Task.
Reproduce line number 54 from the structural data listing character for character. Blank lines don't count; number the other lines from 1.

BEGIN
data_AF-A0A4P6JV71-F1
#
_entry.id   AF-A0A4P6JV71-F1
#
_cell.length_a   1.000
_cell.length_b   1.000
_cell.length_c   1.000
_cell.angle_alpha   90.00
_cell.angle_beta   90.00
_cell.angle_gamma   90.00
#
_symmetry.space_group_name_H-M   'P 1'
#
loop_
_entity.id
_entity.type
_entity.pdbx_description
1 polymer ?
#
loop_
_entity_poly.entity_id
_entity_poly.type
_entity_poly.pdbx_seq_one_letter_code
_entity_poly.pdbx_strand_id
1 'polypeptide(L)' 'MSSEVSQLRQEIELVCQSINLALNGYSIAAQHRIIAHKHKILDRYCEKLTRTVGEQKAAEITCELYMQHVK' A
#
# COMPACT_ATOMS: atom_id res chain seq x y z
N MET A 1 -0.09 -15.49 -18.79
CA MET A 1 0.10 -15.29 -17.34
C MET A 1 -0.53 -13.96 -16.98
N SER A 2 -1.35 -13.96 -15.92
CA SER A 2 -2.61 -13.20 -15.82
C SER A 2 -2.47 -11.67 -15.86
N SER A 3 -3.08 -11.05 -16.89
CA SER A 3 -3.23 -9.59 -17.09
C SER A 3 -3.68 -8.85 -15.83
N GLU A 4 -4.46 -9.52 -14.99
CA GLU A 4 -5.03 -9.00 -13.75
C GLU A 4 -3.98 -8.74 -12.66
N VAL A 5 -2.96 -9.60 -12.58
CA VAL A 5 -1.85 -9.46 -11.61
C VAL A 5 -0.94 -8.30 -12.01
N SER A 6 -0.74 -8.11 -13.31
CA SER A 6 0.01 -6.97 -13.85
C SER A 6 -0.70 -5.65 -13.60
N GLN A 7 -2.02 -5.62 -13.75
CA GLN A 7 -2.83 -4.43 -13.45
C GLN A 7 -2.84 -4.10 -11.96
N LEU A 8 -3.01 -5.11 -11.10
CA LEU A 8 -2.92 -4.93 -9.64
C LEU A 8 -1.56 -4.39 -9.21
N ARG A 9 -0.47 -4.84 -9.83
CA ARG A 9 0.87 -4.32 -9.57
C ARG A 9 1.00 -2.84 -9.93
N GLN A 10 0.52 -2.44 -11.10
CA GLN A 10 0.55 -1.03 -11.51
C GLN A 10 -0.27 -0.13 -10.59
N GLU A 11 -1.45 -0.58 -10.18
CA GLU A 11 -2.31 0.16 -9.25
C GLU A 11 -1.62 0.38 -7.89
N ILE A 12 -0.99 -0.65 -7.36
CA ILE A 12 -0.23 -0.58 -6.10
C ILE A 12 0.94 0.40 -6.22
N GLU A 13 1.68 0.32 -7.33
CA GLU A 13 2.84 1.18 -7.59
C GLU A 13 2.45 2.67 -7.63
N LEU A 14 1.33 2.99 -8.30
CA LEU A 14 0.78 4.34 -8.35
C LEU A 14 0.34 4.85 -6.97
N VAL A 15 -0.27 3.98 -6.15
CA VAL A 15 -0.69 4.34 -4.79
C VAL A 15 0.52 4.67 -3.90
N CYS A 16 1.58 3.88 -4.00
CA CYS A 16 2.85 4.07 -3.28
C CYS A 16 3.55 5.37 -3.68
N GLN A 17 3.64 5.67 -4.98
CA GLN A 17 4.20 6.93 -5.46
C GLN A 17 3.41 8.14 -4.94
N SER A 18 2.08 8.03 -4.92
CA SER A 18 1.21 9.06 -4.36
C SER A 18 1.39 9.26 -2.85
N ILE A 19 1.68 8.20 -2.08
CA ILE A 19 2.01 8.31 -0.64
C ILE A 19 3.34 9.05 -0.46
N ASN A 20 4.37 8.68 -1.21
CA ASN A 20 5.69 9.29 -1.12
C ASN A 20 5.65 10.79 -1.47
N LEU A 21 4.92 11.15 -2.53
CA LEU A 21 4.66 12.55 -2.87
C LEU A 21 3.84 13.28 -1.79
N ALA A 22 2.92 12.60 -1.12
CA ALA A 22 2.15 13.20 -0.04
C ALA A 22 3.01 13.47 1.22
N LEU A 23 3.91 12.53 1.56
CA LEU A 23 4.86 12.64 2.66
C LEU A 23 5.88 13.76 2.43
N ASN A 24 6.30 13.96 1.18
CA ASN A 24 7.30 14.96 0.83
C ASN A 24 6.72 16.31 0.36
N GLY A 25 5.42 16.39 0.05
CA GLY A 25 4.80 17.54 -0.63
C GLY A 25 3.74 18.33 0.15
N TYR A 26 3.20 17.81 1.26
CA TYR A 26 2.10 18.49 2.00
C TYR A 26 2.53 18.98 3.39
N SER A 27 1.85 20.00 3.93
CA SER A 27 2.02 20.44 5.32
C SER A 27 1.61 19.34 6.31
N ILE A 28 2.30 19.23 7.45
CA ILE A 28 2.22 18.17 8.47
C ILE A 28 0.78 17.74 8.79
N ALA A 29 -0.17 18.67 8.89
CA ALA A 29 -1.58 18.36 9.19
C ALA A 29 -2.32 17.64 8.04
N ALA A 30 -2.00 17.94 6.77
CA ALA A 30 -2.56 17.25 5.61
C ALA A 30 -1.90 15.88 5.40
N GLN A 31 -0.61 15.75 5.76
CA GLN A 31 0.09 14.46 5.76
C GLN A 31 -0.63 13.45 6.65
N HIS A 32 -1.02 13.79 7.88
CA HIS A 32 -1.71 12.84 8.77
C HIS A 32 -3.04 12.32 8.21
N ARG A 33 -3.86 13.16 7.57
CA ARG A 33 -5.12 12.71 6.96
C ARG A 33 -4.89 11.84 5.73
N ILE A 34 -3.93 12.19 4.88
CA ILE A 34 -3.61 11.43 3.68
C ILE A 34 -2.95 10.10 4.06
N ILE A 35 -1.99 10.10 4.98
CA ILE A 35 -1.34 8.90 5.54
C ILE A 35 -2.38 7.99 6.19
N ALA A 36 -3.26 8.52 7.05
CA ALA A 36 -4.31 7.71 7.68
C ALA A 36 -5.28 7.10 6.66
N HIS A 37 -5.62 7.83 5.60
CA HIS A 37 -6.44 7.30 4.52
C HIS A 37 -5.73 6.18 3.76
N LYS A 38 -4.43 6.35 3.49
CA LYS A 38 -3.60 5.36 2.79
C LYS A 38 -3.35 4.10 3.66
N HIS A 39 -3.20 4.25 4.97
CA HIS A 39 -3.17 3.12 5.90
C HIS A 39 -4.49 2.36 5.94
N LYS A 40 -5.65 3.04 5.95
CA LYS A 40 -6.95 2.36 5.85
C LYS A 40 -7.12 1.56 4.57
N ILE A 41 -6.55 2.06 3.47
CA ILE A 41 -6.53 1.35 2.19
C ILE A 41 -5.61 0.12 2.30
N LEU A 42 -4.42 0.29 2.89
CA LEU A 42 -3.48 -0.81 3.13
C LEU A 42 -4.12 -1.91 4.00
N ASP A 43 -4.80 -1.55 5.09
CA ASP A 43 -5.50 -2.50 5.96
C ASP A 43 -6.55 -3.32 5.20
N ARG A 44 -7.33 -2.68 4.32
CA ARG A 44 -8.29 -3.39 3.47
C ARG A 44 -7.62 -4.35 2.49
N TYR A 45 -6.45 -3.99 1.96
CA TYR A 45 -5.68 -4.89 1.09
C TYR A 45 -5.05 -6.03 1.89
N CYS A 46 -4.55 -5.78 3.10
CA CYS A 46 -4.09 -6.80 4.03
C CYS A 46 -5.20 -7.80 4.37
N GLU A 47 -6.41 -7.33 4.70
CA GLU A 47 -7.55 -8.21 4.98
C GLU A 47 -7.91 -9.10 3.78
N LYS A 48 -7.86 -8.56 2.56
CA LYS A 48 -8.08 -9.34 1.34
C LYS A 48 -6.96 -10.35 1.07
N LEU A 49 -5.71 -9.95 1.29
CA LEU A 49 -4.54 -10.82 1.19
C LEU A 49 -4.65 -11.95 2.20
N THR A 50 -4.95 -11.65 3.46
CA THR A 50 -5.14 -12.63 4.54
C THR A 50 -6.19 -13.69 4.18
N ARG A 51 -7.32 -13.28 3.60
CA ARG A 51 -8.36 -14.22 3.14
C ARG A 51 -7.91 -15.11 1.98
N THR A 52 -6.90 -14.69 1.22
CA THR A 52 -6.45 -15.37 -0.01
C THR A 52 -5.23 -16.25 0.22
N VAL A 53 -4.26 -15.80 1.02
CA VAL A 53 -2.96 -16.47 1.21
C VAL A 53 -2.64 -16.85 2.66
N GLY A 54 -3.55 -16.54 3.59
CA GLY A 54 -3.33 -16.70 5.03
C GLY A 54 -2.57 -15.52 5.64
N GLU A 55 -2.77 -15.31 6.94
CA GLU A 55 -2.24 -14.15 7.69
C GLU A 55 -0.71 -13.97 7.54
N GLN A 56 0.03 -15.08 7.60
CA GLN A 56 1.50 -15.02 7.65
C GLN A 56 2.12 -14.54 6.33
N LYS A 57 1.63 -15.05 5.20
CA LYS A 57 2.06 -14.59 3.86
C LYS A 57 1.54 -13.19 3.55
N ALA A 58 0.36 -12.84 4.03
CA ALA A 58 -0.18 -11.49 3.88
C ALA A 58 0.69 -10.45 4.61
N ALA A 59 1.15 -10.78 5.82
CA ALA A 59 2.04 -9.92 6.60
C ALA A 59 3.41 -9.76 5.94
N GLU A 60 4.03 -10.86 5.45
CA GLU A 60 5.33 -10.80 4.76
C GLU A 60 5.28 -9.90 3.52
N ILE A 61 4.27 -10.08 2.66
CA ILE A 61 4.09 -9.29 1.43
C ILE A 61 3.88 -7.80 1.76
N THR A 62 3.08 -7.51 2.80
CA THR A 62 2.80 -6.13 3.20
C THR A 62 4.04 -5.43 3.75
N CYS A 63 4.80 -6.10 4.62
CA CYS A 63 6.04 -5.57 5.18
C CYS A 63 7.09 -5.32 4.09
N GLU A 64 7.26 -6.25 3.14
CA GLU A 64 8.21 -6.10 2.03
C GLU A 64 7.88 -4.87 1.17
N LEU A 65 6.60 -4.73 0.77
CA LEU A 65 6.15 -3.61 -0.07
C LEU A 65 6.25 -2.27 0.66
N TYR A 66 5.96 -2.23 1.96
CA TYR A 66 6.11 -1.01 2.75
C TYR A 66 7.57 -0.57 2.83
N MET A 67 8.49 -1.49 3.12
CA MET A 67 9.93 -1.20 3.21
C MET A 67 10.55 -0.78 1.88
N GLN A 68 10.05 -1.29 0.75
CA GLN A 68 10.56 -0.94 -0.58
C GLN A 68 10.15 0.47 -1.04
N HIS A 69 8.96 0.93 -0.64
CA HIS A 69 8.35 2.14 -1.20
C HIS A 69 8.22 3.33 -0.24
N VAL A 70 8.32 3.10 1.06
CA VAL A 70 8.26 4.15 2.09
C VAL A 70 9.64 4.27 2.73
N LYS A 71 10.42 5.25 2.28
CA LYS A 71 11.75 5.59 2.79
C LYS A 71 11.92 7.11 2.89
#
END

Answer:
C ARG A 9 1.00 -2.84 -9.93